Confidence in our government leaders is near generational lows. A Jan. 26 poll gave Congress an approval rating of 16 percent, better than the 12 percent in October, but October was the lowest in 40 years. Just 27 percent said then, during the federal government partial shutdown, that they were willing to re-elect their member of Congress.
And now, average Minnesotans get a chance to do something about their part of the political universe.
Tuesday evening, precinct caucuses will be held in the state. If the past holds, only 5 percent of Minnesotans will turn out.
Sixty-two percent of Americans, according to another poll, think “the nation is seriously on the wrong track.” If you are one of those people, this is finally the chance to get off your duff and do something about it.
Precinct caucuses are simple affairs. People go to the gathering spot for the Democrats or the Republicans, whichever party they think fits more closely with their beliefs. They introduce and vote on resolutions on any subject. They may take a straw poll or two — at least on the Republican side this year because they are looking for candidates to challenge the DFL incumbents for statewide office.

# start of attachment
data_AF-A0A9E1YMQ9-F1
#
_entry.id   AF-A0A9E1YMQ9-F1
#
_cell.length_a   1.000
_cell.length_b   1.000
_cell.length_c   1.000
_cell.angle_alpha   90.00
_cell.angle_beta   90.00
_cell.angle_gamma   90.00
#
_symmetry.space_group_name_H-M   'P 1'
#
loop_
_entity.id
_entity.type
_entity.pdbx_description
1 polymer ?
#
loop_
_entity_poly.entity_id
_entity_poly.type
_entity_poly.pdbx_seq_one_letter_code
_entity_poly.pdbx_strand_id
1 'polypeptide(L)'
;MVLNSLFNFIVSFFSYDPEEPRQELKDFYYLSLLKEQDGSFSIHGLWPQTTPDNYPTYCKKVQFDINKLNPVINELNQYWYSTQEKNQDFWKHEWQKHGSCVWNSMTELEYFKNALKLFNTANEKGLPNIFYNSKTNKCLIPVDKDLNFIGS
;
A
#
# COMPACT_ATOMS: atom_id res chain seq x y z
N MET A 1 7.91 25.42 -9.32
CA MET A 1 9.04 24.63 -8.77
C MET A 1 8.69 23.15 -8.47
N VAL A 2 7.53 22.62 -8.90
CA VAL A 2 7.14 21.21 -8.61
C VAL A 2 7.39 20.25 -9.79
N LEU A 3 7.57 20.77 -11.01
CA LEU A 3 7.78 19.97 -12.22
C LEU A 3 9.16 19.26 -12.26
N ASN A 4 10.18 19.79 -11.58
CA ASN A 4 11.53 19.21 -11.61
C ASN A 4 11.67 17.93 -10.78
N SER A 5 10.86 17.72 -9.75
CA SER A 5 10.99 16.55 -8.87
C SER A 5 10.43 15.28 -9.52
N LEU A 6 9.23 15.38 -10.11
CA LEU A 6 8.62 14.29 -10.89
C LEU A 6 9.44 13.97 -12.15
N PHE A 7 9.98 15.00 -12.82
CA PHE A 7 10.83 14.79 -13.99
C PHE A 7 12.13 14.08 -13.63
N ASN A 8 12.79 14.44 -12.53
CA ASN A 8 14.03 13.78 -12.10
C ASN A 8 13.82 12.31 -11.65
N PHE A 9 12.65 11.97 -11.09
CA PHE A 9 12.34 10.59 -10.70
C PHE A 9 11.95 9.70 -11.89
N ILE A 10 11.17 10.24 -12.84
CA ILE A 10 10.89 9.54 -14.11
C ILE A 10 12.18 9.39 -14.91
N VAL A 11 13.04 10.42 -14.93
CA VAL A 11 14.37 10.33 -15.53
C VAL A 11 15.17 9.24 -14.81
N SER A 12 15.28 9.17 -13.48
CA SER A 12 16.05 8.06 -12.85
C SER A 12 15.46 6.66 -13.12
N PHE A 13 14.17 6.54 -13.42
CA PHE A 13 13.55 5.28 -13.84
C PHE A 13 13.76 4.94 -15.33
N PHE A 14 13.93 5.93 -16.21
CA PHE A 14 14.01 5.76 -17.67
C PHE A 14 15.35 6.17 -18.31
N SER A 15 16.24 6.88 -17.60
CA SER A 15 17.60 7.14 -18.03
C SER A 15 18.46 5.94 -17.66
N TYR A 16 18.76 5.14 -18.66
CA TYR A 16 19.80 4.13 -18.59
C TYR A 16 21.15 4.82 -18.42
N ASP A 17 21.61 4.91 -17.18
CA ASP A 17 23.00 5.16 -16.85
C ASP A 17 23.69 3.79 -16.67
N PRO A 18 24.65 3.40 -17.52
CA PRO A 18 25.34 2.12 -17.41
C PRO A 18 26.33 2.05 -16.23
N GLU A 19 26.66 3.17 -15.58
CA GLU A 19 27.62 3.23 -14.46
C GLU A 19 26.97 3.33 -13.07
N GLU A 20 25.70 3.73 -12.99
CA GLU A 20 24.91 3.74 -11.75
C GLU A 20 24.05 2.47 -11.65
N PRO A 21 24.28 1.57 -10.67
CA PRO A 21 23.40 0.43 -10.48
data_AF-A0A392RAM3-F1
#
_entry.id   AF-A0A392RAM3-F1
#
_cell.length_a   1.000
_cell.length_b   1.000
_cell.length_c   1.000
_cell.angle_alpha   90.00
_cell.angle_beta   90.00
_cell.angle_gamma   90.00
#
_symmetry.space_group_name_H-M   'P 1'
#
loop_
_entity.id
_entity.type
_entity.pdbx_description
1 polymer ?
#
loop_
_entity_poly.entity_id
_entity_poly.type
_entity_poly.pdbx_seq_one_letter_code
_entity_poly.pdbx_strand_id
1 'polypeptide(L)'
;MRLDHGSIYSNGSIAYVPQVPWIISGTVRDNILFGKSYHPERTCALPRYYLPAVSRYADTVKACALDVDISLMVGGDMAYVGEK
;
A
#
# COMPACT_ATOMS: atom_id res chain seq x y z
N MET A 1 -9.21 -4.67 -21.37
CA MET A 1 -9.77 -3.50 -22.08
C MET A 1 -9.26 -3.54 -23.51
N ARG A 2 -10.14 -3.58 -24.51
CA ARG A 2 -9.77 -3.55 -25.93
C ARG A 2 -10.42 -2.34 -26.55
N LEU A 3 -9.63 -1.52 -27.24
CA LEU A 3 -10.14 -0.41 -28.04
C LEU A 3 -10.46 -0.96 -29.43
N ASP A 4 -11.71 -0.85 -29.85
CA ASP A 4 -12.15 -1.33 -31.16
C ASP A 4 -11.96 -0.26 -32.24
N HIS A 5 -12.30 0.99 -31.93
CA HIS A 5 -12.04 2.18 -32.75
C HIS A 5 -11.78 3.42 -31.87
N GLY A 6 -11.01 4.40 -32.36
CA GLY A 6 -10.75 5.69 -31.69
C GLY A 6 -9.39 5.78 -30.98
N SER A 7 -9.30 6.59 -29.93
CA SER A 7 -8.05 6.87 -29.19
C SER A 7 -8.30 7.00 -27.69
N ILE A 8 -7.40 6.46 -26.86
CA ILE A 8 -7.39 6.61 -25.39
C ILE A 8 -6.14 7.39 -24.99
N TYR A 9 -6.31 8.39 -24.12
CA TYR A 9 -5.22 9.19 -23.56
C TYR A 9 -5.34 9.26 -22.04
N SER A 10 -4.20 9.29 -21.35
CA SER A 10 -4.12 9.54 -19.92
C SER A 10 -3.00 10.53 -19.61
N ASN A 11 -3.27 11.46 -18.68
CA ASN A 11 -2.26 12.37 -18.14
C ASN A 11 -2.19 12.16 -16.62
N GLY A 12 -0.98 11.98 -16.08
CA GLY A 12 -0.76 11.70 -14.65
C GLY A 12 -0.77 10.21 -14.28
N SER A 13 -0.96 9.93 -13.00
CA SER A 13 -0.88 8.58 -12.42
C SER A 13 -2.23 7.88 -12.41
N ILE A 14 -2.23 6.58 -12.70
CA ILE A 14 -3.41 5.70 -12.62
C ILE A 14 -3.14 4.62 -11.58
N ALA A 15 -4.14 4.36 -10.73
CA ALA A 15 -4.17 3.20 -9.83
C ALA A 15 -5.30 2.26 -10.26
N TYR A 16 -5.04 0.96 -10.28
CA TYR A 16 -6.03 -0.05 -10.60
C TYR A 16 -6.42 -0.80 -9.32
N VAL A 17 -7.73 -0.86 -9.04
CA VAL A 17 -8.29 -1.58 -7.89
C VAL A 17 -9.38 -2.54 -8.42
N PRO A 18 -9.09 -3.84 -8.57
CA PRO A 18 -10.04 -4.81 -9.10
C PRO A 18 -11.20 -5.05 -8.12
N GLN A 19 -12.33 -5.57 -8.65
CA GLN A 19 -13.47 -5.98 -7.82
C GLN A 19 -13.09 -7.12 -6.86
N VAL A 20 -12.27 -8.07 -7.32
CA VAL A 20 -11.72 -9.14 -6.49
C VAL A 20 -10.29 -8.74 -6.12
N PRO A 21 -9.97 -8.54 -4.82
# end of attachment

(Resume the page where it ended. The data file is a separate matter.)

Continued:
And perhaps most important, the people at the caucus elect the delegates to the next endorsing convention. At the next level, they will endorse legislative candidates, to run for the Minnesota House, and elect delegates to the congressional and state conventions, where candidates are endorsed for congressional and statewide offices. If you don’t like your choices in November, you can blame yourself if you skipped your precinct caucus, because the process of choosing candidates begins Tuesday right in your neighborhood.
If you are a first-timer, don’t be intimidated. Many precincts have trouble filling all the delegate and alternate positions to which they are entitled. Both parties are in need of more people to help on campaigns. Long-time caucus-goers will usually welcome you.
Regardless, the bottom line is that this nation belongs to the people, not the government or those we elect. If you truly want to make a difference, the best way to do it is to bundle up and go out to spend a couple of hours with your neighbors on Tuesday evening.